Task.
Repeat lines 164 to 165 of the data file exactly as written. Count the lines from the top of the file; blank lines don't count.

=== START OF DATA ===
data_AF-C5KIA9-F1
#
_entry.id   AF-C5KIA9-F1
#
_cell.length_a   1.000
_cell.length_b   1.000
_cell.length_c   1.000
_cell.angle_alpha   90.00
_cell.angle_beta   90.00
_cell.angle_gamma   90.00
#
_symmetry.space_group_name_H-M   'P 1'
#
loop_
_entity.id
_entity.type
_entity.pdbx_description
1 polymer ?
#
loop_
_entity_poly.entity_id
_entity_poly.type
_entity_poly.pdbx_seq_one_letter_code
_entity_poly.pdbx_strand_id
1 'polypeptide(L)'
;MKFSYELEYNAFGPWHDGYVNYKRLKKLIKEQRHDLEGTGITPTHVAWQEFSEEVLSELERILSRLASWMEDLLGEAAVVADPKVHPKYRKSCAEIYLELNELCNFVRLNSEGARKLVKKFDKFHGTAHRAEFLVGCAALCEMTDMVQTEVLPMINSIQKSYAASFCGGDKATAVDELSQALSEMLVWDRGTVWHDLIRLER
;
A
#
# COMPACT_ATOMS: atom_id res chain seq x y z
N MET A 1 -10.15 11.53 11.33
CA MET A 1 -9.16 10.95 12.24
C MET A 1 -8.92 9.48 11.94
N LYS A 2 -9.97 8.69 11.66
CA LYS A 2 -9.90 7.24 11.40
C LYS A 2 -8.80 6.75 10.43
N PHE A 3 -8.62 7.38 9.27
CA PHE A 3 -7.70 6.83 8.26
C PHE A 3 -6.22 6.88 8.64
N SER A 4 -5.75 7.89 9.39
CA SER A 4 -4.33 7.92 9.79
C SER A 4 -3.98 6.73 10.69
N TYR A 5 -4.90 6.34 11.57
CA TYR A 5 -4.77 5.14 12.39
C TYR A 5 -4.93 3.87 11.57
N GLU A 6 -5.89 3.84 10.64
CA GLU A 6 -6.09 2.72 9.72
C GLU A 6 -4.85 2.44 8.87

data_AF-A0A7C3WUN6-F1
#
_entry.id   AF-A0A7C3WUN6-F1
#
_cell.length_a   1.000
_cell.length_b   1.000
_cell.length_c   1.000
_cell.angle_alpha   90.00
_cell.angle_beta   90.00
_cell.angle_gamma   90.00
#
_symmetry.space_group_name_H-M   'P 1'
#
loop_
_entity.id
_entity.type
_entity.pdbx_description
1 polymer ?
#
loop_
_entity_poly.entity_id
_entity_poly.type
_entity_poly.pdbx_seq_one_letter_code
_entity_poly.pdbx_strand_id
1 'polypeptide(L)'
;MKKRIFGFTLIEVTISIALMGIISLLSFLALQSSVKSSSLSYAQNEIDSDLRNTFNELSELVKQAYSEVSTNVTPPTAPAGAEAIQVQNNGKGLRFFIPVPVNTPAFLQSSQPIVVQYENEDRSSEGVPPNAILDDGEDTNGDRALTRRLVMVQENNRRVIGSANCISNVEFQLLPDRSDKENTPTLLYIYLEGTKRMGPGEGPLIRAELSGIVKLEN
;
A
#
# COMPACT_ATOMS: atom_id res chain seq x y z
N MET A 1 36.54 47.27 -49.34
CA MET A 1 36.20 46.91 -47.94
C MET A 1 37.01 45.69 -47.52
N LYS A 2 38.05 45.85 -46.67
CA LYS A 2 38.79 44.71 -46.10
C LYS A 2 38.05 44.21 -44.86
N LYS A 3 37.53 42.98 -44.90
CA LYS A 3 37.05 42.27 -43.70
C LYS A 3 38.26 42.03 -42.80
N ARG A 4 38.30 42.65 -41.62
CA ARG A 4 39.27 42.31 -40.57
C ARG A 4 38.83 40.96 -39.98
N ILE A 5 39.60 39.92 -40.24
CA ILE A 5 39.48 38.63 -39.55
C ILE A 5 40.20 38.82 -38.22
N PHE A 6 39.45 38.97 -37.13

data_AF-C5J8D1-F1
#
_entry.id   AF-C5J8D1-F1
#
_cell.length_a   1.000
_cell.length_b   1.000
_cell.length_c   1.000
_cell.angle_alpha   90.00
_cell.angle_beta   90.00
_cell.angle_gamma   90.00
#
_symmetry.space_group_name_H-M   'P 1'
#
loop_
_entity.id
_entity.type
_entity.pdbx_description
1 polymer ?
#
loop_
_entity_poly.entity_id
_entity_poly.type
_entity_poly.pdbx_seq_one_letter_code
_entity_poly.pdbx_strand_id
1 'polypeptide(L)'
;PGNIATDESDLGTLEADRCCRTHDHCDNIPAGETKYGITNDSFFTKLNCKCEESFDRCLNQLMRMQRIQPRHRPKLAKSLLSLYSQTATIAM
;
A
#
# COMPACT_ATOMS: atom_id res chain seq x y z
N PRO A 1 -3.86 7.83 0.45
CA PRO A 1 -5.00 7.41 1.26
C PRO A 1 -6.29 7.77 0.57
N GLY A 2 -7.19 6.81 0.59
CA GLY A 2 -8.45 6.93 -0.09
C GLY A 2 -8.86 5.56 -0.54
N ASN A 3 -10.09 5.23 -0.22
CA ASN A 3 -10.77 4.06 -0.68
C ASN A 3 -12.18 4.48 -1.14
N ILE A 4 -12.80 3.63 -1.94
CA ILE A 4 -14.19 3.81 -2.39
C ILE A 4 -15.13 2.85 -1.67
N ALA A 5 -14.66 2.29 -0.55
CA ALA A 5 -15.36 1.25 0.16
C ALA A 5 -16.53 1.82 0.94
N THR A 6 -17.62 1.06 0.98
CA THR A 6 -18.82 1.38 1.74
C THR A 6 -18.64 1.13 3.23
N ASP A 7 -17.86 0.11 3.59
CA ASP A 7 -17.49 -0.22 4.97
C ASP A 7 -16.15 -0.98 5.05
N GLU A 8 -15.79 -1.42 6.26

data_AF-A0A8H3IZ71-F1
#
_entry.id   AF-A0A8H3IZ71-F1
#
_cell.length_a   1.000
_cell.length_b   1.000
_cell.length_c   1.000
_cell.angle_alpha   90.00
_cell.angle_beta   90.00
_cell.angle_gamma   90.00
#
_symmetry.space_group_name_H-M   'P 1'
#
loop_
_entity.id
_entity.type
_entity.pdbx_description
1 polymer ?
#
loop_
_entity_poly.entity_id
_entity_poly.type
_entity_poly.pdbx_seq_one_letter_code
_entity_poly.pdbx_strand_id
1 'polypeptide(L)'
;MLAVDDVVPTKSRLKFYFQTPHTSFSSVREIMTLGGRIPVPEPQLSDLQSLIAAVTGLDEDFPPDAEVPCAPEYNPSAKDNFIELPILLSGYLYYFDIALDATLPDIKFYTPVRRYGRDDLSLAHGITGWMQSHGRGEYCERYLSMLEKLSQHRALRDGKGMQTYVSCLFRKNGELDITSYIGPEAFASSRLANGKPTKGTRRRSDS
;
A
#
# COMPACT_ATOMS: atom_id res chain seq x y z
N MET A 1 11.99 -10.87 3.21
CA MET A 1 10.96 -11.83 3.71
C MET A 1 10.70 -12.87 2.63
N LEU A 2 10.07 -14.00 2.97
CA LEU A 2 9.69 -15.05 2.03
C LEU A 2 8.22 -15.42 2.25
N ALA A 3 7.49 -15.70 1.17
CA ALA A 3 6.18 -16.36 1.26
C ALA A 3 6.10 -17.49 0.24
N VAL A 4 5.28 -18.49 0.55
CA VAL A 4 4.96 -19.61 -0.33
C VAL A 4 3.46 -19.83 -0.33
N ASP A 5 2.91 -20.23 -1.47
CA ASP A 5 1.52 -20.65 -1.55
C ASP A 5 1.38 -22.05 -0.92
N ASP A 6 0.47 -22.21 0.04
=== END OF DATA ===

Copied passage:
1 polymer ?
#